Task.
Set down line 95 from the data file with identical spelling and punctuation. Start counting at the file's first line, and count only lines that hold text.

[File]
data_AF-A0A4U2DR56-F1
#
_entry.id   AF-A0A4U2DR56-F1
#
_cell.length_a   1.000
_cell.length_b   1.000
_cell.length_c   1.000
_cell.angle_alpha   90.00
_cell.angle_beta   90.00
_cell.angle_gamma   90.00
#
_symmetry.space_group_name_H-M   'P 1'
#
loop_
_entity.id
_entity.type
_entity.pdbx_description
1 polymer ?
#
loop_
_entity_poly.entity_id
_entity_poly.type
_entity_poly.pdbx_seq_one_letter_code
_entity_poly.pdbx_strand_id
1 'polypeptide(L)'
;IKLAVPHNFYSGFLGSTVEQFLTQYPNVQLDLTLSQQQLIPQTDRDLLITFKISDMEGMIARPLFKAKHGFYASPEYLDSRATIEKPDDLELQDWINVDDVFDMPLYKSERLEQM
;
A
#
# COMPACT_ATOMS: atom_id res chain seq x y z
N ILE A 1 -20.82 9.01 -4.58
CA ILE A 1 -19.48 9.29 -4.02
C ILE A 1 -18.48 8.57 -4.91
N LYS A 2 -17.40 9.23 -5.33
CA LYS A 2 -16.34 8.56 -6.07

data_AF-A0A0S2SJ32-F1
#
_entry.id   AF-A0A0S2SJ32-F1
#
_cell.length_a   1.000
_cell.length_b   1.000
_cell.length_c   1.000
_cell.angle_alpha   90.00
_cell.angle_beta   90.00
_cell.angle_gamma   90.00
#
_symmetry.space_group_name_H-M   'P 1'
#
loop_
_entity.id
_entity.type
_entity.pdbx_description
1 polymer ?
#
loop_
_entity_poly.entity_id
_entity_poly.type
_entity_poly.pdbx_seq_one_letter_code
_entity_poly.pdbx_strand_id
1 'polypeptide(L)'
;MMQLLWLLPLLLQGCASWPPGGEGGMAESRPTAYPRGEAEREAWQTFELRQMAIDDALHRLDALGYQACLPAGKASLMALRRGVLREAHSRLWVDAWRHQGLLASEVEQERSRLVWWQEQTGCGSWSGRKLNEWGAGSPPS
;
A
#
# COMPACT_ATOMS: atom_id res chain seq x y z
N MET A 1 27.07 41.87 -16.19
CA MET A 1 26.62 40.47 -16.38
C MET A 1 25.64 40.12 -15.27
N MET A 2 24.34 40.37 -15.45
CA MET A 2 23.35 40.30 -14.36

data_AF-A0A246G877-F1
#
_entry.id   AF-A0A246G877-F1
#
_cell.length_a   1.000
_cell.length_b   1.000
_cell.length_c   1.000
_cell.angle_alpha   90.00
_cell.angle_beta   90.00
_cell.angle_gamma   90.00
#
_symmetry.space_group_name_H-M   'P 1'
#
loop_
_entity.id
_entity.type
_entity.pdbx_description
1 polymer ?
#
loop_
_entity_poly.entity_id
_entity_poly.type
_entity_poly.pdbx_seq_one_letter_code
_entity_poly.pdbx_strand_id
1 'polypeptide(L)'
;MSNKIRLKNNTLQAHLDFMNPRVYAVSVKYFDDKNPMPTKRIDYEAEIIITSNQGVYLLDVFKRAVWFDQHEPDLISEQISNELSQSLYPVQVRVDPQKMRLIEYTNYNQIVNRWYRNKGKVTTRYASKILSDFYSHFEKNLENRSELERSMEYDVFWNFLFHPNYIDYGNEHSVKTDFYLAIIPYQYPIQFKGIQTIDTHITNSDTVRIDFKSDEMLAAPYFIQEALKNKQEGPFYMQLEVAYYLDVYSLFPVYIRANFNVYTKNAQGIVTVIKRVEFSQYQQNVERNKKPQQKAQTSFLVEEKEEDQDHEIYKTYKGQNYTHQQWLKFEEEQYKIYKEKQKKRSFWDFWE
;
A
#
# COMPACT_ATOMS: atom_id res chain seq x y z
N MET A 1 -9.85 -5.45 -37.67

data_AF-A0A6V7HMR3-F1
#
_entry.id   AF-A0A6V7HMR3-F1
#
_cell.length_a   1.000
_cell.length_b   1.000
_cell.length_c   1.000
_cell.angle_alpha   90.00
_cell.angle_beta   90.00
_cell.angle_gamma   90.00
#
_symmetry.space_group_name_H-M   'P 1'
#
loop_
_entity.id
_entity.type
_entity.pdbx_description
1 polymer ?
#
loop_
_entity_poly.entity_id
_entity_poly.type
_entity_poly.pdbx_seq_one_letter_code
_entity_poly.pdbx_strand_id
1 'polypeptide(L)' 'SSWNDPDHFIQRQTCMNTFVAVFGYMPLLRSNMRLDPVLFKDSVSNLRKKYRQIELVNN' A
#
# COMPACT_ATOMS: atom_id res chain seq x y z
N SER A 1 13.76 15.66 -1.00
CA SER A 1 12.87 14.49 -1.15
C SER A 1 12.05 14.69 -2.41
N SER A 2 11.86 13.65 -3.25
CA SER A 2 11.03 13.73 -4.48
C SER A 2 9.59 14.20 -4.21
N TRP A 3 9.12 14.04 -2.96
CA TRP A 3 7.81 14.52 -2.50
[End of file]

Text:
1 'polypeptide(L)'